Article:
Worcester vacant building being converted into housing for homeless

WORCESTER, Mass. — Worcester's growth has been a positive for the Commonwealth but there is a downside, rising rents are making it harder for those who struggle to afford housing, some of whom fall into homelessness.

Catholic Charities of Worcester County purchased St. Stephens Convent, a 95-year-old former convent from the archdiocese a year ago and has been working to get it up to code. It boasts larger bedrooms, a full community room, a bigger kitchen — double the size of the current Granite Street site.

It may be a relic from 1924, but it's a new space for Elsie Toledo and her son Januel.

"I'm glad they're opening this new place, I think it's a great opportunity for families," said Toledo.

Elsie and Januel will be moving into the Caroline Street building when it's finished, a reprieve in what's been a tough time for their family.

"I've been homeless for two years. I've been with family members, jumping around," she said.

Stories like Elsie's have become more common in Worcester, says Catholic Charities' Maydee Morales, a symptom of the city's growth that has some "priced out" of formerly affordable housing.

>> Priced Out: Push to make Mass. more affordable for young professionals

"Where apartments were in the $800s and the $900s, now they can be as high as $1,800 a month and for families with limited income, it's really hard for them to afford that," said Morales.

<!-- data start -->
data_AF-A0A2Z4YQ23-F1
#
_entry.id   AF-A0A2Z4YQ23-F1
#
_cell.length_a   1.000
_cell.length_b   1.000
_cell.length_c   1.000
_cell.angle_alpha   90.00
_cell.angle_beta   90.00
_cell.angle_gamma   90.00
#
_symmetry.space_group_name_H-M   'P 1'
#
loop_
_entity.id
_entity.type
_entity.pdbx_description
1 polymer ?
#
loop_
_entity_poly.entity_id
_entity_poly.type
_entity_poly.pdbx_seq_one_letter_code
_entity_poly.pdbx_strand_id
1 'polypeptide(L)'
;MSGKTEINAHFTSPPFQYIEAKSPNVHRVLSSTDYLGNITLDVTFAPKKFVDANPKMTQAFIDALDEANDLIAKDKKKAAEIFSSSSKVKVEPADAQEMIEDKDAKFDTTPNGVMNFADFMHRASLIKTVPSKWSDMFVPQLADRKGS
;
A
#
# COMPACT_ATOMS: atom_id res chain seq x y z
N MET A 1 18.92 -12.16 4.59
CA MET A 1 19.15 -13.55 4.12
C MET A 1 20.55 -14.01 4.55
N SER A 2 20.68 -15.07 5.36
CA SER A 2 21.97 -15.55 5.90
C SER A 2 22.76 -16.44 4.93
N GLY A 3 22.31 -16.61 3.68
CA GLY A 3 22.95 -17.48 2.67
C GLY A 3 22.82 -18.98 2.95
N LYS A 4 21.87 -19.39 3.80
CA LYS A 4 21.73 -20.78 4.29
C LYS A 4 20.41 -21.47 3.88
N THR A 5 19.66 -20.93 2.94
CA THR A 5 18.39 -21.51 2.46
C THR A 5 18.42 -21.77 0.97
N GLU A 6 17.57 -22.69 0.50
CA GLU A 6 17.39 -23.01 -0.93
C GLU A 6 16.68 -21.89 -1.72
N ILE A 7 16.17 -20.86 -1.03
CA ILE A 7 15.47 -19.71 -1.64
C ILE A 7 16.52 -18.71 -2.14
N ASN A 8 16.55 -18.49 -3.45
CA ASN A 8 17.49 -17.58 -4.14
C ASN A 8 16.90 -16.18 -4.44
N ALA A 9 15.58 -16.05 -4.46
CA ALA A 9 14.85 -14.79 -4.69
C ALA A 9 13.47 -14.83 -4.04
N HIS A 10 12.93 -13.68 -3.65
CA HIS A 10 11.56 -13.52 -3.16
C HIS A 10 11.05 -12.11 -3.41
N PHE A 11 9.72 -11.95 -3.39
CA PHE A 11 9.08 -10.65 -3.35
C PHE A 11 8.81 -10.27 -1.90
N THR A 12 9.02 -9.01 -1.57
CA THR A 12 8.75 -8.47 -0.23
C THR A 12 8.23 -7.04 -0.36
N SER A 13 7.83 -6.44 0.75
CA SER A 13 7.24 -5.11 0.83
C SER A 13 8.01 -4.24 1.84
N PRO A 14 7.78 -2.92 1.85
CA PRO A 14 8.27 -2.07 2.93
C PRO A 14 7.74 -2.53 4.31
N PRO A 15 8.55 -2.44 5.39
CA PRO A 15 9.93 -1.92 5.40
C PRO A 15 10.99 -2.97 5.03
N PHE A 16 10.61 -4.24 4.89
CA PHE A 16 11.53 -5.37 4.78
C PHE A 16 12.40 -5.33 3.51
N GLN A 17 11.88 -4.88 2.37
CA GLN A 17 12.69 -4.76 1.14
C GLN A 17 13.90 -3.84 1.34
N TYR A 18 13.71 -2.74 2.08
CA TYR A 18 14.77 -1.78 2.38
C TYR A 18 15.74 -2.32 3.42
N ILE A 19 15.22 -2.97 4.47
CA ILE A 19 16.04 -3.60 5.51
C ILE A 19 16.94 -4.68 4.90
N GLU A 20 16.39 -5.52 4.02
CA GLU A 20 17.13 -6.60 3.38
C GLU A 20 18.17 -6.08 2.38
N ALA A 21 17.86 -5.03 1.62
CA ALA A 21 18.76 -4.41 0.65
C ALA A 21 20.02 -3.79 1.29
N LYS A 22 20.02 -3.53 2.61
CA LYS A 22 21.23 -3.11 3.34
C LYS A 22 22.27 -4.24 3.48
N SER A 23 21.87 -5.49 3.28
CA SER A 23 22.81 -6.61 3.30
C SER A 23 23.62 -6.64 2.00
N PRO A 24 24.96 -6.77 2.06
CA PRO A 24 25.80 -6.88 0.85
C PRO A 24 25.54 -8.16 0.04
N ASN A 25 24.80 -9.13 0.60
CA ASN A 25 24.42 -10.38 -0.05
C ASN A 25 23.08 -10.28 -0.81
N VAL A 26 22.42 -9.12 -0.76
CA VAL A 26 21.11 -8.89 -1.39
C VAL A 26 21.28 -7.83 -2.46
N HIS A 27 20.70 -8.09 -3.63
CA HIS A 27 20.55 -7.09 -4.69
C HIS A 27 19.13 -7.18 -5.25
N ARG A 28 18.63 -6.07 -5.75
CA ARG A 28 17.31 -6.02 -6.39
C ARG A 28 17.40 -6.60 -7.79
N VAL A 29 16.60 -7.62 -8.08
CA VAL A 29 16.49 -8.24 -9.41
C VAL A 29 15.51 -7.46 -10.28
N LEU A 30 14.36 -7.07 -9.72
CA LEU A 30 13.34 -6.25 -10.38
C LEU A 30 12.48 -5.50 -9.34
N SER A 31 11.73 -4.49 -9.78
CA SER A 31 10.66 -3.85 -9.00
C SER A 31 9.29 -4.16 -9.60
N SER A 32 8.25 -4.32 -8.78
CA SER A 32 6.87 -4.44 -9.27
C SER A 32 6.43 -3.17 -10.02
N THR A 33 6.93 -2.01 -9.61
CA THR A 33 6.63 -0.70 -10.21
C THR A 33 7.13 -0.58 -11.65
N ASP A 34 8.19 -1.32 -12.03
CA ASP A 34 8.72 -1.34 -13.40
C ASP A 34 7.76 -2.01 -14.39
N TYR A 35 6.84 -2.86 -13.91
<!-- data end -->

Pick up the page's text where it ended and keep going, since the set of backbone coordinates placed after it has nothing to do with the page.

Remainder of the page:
This will be a temporary home, Elsie says, as she seeks stable housing, but it's not just a roof. Classes will be offered in the chapel, training that may get her to her career goal of becoming a nurse assistant.

"They have classes and that's good because they have CNA, and I always wanted to do CNA, it's exciting," said Toledo.

The plan is to have the 17 families welcomed in within the next few weeks.

While Catholic Charities and other community agencies try to get families off the streets, city leaders are working on outreach, getting mental health, and substance abuse counselors to the chronically homeless.

"We've noted that there is 103 chronic homeless, our goal is to get these people housing first and to get them into housing," said Commissioner Matilde Castiel, Health and Human Services.

There are also approximately 3,300 young people considered homeless, according to the city, another segment Commissioner Castiel says they're trying to help.